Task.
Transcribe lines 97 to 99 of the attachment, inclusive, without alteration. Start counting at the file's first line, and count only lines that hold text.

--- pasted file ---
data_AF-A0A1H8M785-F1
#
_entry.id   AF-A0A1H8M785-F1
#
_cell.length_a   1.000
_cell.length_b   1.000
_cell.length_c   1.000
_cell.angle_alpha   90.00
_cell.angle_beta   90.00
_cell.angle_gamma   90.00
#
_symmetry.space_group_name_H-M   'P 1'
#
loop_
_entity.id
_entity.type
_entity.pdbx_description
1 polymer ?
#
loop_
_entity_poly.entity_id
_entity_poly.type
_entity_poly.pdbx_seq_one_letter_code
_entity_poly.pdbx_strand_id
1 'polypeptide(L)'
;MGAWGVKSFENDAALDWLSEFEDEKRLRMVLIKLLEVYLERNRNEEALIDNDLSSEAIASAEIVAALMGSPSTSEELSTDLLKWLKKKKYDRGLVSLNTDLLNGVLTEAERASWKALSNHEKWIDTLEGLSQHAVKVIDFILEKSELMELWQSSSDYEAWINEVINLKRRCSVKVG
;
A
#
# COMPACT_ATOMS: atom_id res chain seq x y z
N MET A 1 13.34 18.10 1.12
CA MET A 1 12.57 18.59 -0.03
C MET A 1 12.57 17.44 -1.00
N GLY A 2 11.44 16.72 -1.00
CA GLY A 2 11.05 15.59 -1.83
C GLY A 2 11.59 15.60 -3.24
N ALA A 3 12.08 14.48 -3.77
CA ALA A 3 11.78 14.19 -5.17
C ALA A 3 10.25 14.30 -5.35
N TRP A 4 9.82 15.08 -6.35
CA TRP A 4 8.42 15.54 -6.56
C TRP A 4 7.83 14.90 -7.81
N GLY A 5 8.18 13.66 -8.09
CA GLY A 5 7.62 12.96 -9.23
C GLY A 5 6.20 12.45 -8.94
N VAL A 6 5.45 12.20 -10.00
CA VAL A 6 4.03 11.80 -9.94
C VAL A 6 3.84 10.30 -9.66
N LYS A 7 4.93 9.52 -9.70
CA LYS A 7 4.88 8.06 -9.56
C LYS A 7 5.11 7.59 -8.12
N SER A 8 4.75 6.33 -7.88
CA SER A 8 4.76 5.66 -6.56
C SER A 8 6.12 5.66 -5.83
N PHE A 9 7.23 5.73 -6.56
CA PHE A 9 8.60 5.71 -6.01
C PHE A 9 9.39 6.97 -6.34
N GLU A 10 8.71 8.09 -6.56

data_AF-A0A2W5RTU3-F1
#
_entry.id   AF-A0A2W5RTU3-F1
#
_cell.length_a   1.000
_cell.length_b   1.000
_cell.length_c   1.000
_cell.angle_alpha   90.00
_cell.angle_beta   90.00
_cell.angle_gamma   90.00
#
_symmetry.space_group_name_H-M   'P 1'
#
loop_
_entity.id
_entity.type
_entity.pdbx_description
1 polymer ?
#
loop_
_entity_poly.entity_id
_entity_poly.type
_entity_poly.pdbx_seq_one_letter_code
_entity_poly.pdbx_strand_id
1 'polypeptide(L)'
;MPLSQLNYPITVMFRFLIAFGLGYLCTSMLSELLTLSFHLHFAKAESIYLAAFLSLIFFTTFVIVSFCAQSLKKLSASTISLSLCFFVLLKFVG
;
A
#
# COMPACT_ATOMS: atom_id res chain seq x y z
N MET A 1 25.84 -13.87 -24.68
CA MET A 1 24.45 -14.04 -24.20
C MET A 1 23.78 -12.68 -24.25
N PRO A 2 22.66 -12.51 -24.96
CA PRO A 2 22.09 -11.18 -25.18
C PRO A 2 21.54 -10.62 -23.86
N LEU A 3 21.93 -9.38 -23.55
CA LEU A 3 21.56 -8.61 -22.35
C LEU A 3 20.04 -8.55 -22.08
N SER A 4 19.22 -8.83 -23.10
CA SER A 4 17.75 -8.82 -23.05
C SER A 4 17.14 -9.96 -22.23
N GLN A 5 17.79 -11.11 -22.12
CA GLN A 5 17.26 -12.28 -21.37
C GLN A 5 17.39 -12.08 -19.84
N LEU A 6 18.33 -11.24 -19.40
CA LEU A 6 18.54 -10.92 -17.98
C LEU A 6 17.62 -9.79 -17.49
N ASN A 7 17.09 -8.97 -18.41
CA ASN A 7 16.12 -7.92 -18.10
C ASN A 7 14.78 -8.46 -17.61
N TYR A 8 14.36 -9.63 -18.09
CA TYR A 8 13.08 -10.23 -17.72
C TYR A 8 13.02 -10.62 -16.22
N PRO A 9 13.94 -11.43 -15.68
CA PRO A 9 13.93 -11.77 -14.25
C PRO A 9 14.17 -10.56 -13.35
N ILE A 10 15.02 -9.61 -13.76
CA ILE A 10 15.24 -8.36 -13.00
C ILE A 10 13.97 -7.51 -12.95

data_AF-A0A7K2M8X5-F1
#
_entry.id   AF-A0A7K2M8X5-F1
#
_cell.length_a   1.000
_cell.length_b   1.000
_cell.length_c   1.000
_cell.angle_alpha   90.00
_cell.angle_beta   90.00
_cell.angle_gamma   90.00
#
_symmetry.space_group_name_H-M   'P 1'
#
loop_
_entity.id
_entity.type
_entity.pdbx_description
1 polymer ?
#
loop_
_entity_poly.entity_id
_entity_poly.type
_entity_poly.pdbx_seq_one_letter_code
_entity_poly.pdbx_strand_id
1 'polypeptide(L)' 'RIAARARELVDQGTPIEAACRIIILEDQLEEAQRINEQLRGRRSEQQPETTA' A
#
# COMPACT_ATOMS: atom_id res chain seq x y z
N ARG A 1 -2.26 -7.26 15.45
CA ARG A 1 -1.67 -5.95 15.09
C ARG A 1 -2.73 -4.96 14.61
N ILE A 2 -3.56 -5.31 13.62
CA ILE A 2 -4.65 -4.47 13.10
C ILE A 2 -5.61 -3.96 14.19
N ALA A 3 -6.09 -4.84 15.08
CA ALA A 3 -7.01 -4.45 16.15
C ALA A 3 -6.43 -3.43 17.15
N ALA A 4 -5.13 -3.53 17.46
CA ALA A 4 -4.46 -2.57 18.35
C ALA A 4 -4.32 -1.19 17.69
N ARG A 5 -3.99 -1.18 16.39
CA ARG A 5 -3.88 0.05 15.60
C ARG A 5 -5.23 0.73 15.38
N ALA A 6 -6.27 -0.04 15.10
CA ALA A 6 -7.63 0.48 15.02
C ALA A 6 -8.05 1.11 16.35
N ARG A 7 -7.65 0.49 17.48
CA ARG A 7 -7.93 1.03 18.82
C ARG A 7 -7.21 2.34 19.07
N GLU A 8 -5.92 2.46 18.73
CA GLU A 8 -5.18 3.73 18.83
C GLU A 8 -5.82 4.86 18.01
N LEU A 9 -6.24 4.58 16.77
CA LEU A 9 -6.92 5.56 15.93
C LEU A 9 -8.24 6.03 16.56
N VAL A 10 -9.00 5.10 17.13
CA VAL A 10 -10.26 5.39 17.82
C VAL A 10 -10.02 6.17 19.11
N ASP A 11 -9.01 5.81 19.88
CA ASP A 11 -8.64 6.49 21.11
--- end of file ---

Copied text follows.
C LEU A 3 20.04 -8.55 -22.08
N SER A 4 19.22 -8.83 -23.10
CA SER A 4 17.75 -8.82 -23.05